January 2017 Newsletter
Carlock Copeland Congratulates Robert Hawk and Jeffrey Crudup on Being Selected to Join the Firm's Partnership
 

Robert Hawk is a partner in the Charleston office where he represents business owners, professionals, and insurance companies in civil litigation and insurance coverage matters.
Robert serves on the Charleston County Bar Executive Committee and as a South Carolina Bar Foundation Ambassador.   He was a member of Charleston Metro Chamber of Commerce's Leadership Charleston Class of 2012 and previously served as a Roper St. Francis Foundation Fellow and on the South Carolina Bar Young Lawyers Division Habitat for Humanity Wills Committee. Robert was named a South Carolina Rising Star® by Super Lawyers® in 2016.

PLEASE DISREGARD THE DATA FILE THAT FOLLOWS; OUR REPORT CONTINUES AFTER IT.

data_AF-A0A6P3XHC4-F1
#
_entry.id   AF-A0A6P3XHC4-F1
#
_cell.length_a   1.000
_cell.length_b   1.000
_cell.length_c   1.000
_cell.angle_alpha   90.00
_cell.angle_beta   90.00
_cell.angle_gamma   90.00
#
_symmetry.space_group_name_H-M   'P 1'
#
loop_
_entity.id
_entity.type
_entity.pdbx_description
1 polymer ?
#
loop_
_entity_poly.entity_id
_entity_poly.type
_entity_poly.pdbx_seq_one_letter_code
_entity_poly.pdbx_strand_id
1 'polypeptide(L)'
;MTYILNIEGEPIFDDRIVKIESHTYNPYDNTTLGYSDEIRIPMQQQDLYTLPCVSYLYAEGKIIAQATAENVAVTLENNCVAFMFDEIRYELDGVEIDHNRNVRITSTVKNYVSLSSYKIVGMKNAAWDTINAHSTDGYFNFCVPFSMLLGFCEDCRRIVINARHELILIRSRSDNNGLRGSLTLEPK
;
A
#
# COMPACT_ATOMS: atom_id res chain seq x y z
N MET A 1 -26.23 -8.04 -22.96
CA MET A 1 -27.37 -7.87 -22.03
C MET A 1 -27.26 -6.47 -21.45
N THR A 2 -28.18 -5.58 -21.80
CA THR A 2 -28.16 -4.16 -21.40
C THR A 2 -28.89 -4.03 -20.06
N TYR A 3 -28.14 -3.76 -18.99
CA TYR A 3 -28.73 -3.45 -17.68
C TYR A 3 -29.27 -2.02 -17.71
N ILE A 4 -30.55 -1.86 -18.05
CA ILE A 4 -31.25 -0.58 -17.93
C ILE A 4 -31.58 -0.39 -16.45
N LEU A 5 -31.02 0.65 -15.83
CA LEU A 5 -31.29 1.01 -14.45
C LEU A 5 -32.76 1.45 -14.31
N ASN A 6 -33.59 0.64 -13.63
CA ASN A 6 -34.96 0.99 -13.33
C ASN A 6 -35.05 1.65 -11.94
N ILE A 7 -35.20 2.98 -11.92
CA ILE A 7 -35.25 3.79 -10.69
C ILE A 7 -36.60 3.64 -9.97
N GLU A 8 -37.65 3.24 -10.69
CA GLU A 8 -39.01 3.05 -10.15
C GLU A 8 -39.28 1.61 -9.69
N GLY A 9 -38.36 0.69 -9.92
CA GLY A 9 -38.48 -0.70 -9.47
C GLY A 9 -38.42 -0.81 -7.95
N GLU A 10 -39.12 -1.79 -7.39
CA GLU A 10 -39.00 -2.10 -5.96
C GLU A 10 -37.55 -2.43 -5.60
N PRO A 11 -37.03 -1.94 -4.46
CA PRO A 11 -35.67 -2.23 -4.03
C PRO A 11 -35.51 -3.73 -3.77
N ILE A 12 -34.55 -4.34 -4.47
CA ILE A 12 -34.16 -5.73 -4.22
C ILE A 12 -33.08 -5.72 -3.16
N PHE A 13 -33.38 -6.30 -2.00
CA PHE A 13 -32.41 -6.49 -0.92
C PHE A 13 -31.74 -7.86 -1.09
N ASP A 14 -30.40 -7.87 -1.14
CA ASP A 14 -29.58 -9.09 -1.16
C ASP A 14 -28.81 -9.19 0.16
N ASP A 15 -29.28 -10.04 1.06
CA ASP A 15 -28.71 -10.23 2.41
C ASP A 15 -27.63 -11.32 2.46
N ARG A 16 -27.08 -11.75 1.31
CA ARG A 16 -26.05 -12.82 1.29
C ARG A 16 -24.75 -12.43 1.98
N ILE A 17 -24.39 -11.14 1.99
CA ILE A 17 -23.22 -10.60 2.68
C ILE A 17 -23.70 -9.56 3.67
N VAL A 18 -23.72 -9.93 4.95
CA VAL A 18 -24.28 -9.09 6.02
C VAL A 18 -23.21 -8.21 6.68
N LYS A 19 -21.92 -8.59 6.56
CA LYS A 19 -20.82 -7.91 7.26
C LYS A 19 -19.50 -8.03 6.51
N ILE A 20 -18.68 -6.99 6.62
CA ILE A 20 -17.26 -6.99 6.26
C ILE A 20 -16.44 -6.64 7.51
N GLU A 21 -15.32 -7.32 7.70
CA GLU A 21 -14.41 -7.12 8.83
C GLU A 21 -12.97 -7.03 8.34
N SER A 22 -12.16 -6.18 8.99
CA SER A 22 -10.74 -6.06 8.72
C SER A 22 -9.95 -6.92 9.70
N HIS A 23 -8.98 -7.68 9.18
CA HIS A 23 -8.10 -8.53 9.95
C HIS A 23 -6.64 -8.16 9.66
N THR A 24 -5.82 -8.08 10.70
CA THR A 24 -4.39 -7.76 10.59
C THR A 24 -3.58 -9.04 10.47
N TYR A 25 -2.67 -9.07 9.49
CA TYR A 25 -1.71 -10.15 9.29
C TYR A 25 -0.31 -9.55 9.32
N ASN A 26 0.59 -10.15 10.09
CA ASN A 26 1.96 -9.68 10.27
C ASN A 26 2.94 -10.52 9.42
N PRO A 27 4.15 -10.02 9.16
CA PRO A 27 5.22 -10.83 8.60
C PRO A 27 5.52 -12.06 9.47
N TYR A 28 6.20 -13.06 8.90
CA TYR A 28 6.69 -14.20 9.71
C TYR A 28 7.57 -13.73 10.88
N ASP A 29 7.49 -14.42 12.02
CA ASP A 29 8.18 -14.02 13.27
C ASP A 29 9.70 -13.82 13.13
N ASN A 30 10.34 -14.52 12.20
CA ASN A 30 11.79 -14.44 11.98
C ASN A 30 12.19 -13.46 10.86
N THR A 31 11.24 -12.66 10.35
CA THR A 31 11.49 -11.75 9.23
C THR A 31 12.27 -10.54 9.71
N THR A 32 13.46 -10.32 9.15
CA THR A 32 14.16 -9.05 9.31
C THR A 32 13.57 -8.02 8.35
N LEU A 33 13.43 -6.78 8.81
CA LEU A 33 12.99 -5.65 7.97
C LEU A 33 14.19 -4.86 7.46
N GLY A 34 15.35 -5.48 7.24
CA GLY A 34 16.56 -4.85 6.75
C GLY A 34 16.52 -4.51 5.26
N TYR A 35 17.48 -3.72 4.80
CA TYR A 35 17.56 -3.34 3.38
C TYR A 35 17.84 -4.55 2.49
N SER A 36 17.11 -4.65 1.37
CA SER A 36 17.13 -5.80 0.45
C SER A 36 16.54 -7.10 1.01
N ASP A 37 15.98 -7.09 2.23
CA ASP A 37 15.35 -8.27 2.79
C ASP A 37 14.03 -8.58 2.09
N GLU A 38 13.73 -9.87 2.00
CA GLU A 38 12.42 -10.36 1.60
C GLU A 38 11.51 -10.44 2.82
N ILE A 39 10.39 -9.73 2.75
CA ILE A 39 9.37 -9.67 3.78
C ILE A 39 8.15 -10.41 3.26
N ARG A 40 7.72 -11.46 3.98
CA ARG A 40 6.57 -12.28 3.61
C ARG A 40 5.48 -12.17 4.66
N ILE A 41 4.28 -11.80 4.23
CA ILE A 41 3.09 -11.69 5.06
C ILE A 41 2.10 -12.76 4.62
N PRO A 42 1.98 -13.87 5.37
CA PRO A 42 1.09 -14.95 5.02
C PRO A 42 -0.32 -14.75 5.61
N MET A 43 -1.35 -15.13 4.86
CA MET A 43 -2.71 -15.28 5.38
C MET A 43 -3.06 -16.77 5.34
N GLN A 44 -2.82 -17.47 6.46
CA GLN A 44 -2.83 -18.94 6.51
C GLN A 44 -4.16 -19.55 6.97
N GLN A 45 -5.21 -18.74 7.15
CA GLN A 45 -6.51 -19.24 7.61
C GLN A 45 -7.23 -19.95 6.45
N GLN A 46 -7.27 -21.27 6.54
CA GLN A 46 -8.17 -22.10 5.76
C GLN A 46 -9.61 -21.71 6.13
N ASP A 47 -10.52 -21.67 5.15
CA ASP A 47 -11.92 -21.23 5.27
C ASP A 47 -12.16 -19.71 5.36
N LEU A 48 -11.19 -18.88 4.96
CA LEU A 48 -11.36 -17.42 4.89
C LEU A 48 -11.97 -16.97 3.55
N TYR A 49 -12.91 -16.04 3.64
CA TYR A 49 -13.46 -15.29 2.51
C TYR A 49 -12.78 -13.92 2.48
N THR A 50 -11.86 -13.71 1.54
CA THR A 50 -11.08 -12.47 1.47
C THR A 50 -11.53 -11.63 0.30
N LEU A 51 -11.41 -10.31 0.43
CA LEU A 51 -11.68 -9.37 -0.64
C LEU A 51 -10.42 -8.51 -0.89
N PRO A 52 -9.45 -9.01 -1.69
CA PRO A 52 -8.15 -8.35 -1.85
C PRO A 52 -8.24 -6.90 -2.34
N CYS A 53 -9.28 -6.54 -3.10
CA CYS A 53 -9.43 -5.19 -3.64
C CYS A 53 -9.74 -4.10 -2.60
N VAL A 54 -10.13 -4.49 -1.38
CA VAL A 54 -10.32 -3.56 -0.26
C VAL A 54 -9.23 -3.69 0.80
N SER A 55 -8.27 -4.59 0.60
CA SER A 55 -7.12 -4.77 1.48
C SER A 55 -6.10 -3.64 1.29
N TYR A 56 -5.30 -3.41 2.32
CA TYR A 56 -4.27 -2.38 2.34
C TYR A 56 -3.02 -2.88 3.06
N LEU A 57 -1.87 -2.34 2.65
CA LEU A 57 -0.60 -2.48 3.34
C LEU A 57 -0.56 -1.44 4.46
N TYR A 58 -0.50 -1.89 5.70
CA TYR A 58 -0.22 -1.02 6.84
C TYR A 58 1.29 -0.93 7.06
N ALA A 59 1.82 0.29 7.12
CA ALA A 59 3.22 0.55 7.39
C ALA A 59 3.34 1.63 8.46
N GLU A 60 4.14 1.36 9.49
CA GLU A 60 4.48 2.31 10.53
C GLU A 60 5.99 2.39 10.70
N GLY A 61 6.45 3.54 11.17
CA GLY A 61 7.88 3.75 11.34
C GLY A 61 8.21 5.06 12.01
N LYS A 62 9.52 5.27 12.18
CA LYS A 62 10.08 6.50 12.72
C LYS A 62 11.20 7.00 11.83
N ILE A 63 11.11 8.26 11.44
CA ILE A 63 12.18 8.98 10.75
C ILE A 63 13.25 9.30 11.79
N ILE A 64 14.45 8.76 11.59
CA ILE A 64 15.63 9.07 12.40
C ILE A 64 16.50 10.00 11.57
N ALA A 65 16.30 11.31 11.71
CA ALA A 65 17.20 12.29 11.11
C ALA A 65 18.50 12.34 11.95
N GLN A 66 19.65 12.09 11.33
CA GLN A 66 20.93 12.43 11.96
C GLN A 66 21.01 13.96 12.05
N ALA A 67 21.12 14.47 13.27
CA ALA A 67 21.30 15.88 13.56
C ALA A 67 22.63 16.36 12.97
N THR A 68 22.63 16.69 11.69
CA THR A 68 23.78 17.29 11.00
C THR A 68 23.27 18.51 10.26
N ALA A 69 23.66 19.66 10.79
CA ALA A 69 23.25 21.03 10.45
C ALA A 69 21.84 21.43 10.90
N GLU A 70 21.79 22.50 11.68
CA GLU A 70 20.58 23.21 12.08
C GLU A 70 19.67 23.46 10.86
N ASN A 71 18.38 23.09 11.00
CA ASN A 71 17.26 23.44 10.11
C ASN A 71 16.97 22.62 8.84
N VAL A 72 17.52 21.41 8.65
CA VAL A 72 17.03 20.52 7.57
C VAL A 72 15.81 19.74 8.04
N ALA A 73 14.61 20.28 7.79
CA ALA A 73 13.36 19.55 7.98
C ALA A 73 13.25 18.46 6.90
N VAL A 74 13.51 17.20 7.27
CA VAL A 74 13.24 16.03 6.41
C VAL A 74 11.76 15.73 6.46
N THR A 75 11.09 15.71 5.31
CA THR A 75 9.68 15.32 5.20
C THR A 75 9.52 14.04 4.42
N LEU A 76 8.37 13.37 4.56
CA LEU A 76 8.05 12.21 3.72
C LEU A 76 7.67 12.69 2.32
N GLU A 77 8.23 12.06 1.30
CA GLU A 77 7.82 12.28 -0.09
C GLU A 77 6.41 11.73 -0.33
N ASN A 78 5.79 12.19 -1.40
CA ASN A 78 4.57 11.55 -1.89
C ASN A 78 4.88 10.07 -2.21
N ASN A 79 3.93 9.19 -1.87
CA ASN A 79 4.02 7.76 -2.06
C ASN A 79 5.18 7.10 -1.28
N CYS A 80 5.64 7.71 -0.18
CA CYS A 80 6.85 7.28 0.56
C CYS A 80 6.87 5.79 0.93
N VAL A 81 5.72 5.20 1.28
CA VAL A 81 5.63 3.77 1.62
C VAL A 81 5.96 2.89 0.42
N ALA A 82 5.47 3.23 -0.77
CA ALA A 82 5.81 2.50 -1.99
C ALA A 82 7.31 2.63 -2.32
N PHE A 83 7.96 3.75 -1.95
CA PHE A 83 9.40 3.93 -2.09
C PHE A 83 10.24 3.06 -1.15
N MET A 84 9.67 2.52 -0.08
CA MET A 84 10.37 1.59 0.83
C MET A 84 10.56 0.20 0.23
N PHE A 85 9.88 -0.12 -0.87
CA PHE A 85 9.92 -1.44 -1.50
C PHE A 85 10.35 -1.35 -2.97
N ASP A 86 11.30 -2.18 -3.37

Jeff Crudup is a partner in the Charleston office and focuses his practice on complex civil cases involving medical malpractice, automobile and motor carrier accidents and commercial litigation. Prior to joining Carlock Copeland, Jeff practiced in a large law firm based in Massachusetts and Rhode Island. He has an array of litigation experience involving medical malpractice, construction litigation, employment litigation, general business and commercial litigation, and real estate disputes. Jeff also has experience providing general business advice to clients. As a litigator with transactional business experience, he works to limit the costs of litigation to his clients while working for the best possible outcomes for them. Since coming to Charleston, Jeff has become an active member of the South Carolina bar, but remains a member of the Rhode Island, Massachusetts and New York Bars.
 

What Every Adjuster Needs to Know: Part 1 by Sarah Wetmore and Clinton Magill